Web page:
Brazil is synonymous with soccer, the beautiful game. The country is the only five-time world champion and by far the most successful country in the history of the FIFA World Cup, the next of which, the 20th, takes place in Brazil between June 12 and July 13, 2014.
Expectations are high in Brazil, especially after the national team won the recent Confederations Cup, beating reigning World Champions Spain 3-1 in the final at Rio’s Maracana Stadium on June 30.
But could the tournament turn out to be a massive own goal for Brazilian distributors and exhibitors, and indeed their colleagues across the globe, especially in Europe?
The World Cup, unlike any other event, is a truly global occasion that captures the world’s imagination and eyeballs for four full weeks. This is nearly double the length of the Olympic Games, which also comes to Rio de Janeiro in 2016, and covers five full weekends.
Globally, distributors and exhibitors have long been wary of the impact that the World Cup can have on the box office every four years, especially if the games coincide with the prime cinema-going hours.
In the past, exhibitors could counter program by scheduling a more female-orientated slate of films. But this is becoming less and less the case as more women tune into the games, and the games themselves become the magnet for social gatherings of both sexes in homes and bars across the world.
For Brazilian distributors and exhibitors, the 2014 World Cup could turn into something of a perfect storm as the month of July is far and away the biggest month at the Brazilian box office, and by a considerable margin.
In 2013 21.9 million tickets were sold in the month of July, the next best month being January with sales of 15.4 million admissions.
June is also an important month for the overall annual box office take, selling 13.3 million tickets in both 2013 and 2012, and across a wide range of titles rather than the few year-end blockbusters that boost the December and January figures.
In the past the June-July window in Brazil has been popular with a wide range of family friendly fare. Back in 2010, when the World Cup was played in South Africa over a similar period, ticket sales in June were just 8.2 million tickets in Brazil, and the fact that sales reached 17.8 million admissions in July 2010 can probably be put down to the fact that Brazil was knocked out of the tournament on July 2 by Holland. The games were also aired on TV in Brazil during the early afternoon, leaving the evening free for cinema going and novella watching. This will not be the case in 2014.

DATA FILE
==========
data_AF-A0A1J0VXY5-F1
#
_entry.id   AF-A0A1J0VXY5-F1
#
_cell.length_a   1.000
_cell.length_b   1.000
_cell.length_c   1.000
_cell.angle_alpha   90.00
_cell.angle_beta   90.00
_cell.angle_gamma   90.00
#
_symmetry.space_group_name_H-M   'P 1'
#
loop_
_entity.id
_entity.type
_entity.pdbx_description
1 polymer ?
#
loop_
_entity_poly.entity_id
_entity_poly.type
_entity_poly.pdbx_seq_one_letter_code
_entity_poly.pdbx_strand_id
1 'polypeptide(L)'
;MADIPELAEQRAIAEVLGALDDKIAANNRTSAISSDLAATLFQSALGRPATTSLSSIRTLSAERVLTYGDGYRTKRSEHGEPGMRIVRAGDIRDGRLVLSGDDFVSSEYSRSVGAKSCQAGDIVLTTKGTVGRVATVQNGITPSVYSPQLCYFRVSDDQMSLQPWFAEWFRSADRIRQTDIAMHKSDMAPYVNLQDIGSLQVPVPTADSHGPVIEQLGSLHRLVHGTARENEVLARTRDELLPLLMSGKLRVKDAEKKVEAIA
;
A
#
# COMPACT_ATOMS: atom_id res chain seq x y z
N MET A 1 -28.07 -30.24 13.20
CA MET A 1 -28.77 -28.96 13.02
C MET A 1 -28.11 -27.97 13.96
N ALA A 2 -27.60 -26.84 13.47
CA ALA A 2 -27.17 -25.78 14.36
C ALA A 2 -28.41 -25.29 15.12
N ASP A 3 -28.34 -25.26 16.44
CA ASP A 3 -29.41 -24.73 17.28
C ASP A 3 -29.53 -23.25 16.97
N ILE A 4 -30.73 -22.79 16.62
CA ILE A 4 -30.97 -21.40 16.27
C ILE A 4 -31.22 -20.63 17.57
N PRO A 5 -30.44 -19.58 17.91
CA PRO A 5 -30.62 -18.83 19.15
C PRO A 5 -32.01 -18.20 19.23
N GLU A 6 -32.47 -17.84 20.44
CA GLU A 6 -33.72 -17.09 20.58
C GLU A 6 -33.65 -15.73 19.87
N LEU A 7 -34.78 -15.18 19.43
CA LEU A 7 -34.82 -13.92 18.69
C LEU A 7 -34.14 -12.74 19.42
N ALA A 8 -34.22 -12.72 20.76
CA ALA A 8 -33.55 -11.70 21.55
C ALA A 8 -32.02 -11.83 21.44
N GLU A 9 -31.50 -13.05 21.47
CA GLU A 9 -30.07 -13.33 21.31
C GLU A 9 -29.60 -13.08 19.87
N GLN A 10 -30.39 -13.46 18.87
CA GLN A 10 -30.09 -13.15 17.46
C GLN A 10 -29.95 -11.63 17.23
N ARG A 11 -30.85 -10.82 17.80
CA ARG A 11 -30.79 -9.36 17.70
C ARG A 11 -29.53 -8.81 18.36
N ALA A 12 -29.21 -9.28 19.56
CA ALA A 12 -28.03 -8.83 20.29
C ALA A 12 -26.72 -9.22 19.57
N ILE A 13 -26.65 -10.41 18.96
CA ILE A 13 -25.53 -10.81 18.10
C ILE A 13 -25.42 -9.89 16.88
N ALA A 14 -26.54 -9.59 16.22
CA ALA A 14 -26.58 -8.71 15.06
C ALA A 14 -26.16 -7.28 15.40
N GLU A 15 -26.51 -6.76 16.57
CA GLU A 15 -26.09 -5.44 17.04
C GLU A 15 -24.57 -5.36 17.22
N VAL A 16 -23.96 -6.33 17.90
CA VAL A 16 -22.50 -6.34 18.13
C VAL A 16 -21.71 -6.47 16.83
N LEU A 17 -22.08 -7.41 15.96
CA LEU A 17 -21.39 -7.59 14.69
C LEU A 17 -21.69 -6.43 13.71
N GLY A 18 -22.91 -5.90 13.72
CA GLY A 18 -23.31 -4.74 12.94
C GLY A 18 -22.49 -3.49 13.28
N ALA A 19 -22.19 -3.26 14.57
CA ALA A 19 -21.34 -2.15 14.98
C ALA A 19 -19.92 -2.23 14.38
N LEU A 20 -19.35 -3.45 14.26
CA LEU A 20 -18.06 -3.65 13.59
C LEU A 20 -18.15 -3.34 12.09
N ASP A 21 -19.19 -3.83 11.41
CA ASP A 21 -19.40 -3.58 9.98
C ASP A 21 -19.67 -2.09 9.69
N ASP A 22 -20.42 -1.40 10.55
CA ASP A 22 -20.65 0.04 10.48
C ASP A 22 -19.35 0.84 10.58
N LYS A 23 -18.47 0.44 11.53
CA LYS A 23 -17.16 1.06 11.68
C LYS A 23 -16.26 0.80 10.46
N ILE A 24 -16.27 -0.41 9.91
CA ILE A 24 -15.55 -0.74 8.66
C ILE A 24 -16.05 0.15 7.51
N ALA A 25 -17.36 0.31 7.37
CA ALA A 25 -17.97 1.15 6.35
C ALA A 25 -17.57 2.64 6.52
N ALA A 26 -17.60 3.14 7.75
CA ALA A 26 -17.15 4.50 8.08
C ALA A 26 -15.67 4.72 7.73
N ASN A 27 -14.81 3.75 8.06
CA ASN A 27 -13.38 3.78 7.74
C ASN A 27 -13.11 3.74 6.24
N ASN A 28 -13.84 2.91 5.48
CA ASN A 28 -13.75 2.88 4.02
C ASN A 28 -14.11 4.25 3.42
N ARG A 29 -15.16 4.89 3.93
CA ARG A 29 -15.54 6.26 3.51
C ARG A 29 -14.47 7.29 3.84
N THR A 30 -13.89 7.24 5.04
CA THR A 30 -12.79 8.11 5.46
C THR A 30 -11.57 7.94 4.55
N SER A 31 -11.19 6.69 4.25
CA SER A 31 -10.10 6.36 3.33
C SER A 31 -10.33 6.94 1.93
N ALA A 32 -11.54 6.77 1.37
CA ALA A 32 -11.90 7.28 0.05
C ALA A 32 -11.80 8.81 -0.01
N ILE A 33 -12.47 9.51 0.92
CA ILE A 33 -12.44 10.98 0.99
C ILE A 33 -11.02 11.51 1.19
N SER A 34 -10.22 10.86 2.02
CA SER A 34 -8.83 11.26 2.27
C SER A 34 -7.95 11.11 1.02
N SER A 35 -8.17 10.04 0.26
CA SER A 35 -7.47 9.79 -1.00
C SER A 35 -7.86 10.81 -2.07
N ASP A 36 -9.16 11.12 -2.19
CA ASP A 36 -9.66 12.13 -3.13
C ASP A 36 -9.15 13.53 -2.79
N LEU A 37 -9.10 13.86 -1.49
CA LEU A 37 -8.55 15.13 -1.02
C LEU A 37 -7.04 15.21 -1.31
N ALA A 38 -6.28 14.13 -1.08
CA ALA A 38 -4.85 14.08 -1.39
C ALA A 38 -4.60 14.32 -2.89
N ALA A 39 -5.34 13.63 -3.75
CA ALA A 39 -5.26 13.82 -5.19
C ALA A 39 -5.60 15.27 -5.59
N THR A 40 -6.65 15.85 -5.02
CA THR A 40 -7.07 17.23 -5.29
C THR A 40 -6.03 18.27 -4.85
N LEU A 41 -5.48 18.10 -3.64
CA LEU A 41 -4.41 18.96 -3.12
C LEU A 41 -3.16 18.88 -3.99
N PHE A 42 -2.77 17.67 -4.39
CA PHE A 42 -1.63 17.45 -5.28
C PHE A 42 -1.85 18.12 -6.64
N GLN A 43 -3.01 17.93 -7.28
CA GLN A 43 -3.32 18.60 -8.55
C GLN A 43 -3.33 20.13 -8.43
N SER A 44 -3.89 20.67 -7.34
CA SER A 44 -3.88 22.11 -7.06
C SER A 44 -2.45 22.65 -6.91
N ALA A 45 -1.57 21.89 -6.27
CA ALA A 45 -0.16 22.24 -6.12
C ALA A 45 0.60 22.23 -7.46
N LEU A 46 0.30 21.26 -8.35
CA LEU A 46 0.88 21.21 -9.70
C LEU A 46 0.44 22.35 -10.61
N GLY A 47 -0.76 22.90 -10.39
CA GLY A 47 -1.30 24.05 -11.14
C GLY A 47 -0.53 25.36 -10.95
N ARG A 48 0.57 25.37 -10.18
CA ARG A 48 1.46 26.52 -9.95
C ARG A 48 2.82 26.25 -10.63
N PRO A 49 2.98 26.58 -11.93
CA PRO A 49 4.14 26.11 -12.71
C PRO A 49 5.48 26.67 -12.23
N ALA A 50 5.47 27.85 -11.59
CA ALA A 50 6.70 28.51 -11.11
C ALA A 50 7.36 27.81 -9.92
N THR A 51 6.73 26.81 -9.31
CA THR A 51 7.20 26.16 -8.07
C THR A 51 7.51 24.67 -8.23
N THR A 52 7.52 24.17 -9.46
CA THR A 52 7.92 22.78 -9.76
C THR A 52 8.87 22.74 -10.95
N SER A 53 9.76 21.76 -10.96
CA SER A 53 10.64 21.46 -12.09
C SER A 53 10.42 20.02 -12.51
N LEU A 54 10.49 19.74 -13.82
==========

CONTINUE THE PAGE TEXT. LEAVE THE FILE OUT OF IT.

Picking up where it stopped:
In Brazil, where it is expected the country will almost come to a stop during the tournament (it has in the past, even when it is not hosting the tournament), the games (and there are three games a day throughout the period June 12-26 2014) will kick off at 13.00, 16.00 and 19.00.
In most of Europe that translates to the more ‘damaging’ times – for the box office – of 18.00, 21.00 and 24.00, while North America should go relatively unscathed with the games kicking off on the East Coast at noon, 15.00 and 18.00.
The Brazil World Cup also has a record number of host cities, 12 in total, that cover all the main cinema going centres in Brazil from Porto Alegre in the south, to Fortaleza and Manaus in the north, via Curitiba, Sao Paulo, Rio de Janeiro, Belo Horizonte, Brasilia, Recife and Salvador. All of which will have fan zones with giant screens to further encourage audiences away from the movie houses.
While release schedules are yet to be set in stone, many of the majors will have to consider moving their Northern hemisphere summer blockbusters away from the World Cup window, especially in South America and Europe.
Currently Doug Liman’s “Edge of Tomorrow” is due to open in Brazil on June 6, the week before the cup kicks-off, as is “Teenage Mutant Ninja Turtles.” “How to Train Your Dragon 2” is currently slated for a June 20 release in Brazil, while other family friendly titles, such as Disney’s “Maleficent,” also fall in the World Cup window.
For the moment, the obvious major summer blockbuster scheduled to open globally during the period of the World Cup is Michael Bay’s “Transformers: Age of Extinction” which is listed for June 27 in Brazil and the U.S., but has already been pushed back to July 10 in the U.K. and July 17 in Germany.
Distributors and exhibitors will certainly be hoping that the World Cup does not herald an age of extinction for the box office of June and July 2014.
A former Moving Pictures editor, Christopher Pickard is chairman of the Latin American Travel Assn., and co-editor-in-chief of Redentor, the Rio de Janeiro Festival’s Daily.